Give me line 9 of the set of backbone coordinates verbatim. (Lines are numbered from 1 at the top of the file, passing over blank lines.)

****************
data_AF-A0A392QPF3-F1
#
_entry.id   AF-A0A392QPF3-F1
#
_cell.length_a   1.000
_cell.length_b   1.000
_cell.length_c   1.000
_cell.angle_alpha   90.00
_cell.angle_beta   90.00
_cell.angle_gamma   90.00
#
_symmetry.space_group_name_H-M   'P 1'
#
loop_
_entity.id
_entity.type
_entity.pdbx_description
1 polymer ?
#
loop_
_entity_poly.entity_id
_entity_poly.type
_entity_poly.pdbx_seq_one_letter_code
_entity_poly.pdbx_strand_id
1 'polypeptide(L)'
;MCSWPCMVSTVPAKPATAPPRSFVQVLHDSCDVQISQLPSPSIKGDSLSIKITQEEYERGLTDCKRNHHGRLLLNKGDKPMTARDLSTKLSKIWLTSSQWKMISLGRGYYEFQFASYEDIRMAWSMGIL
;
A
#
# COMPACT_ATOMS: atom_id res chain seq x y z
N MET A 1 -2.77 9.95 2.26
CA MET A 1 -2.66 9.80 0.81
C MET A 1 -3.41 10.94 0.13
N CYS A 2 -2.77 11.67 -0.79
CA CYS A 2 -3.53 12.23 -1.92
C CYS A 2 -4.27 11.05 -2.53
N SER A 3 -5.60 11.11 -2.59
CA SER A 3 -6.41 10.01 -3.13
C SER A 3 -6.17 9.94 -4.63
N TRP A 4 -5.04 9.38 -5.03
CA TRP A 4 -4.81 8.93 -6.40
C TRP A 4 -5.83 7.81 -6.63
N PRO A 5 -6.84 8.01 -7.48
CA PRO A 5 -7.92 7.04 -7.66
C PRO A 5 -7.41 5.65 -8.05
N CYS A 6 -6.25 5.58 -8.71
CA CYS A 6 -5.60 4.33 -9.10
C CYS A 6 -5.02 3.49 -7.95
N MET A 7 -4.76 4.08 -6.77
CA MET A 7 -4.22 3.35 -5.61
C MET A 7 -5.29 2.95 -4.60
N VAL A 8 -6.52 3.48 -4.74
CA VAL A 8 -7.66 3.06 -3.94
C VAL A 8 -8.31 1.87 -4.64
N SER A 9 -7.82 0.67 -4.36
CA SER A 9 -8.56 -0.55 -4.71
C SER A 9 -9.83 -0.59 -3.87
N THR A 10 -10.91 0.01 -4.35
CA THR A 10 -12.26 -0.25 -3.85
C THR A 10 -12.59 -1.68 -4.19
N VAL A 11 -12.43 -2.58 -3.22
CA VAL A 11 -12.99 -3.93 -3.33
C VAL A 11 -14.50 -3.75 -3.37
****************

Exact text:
_cell.angle_beta   90.00